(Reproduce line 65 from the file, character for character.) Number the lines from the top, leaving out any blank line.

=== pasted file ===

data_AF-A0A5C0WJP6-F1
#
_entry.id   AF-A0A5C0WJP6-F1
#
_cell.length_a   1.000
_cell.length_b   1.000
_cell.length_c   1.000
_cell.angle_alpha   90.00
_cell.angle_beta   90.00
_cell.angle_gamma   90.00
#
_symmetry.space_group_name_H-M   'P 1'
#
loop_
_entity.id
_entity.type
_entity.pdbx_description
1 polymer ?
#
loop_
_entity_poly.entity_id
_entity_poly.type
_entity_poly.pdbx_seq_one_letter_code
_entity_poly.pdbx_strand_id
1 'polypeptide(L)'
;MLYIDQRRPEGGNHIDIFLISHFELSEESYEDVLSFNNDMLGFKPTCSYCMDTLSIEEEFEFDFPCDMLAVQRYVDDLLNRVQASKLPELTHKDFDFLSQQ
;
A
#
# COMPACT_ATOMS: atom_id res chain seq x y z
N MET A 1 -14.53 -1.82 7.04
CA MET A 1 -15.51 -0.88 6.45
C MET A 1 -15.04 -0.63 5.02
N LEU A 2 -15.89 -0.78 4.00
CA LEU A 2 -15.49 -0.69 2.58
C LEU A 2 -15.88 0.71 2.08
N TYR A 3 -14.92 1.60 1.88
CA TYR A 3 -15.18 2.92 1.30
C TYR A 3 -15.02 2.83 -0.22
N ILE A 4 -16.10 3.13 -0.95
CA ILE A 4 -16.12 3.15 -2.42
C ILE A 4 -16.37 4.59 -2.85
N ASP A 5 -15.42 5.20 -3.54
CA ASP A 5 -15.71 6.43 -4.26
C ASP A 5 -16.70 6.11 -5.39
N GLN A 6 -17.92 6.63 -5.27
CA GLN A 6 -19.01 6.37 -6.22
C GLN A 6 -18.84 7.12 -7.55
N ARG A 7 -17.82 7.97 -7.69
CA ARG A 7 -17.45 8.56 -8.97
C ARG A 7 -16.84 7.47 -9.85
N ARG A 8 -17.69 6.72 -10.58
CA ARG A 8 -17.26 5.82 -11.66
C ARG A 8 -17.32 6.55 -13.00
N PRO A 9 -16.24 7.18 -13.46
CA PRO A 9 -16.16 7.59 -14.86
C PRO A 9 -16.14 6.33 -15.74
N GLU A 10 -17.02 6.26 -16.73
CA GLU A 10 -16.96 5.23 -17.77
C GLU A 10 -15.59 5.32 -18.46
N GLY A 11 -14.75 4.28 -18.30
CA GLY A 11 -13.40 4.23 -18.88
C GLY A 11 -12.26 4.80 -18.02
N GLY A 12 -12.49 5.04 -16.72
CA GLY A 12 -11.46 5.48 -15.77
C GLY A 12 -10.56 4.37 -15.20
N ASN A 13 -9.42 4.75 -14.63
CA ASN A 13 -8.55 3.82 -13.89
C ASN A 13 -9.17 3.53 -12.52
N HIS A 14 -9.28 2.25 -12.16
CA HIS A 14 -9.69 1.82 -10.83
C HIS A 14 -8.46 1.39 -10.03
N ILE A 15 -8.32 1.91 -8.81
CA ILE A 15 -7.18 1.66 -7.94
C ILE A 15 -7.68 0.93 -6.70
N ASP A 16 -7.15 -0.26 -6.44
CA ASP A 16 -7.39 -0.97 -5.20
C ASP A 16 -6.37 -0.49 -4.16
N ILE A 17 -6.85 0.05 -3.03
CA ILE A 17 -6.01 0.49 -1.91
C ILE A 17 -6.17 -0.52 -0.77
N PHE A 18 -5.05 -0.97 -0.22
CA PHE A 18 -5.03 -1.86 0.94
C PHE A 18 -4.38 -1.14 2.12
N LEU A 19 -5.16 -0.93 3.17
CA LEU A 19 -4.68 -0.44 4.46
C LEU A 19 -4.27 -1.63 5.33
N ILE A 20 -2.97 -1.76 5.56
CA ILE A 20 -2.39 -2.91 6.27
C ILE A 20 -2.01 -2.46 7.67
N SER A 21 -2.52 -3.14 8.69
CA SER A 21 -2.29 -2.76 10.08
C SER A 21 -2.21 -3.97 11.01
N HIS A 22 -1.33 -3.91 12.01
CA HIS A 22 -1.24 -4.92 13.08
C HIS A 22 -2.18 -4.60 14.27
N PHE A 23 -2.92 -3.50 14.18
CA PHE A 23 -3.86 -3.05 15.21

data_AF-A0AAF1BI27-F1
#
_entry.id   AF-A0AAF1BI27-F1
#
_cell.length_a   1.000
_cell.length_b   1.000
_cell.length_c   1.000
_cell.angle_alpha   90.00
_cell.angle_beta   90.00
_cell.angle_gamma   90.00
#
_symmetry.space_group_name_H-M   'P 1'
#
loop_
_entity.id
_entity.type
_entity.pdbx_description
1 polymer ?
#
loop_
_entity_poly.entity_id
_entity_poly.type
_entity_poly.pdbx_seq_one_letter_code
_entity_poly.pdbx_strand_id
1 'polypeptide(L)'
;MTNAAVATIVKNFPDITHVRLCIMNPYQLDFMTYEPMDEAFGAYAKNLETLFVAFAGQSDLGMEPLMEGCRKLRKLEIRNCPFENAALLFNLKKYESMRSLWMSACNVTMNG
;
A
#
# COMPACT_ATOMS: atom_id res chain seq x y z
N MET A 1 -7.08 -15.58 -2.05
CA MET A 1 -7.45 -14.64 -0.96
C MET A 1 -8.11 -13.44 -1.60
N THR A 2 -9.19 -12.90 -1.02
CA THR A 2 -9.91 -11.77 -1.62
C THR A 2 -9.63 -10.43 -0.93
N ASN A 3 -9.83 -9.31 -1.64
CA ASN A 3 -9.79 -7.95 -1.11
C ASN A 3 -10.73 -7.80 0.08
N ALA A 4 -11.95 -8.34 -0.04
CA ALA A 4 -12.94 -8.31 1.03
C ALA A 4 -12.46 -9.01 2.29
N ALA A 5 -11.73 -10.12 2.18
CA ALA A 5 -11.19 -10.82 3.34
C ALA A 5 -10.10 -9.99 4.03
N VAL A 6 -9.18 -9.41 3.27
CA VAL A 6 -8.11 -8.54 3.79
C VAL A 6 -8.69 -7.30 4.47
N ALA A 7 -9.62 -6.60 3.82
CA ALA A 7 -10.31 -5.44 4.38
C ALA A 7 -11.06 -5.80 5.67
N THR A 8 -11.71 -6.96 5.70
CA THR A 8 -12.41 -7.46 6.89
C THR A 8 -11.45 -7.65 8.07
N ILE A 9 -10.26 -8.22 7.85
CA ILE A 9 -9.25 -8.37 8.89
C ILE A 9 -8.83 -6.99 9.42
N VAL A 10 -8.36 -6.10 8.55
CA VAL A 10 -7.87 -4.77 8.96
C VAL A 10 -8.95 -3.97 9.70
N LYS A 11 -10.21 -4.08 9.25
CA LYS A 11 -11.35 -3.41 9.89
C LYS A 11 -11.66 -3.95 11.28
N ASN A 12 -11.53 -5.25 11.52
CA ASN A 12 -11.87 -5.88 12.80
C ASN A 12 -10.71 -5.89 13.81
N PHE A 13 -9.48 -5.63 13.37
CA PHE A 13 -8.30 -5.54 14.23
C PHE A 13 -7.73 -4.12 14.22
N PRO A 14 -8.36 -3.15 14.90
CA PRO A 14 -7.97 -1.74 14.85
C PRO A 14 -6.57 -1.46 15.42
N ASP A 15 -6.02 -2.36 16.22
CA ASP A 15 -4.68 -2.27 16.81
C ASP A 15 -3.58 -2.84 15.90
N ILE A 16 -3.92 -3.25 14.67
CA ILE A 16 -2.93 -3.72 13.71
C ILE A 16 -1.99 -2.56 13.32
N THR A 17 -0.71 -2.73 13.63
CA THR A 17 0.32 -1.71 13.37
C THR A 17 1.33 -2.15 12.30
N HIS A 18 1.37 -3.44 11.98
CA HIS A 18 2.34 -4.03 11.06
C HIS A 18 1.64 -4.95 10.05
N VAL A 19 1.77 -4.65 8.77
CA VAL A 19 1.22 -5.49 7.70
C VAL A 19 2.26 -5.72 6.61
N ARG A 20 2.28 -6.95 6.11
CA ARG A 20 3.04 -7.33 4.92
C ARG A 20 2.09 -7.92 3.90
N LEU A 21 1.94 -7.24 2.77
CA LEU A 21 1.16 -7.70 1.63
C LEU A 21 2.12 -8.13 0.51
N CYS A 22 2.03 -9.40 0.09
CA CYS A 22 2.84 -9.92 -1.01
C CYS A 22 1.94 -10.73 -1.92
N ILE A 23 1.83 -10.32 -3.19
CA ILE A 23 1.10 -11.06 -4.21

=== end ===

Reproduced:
CA GLY A 12 -11.46 5.48 -15.77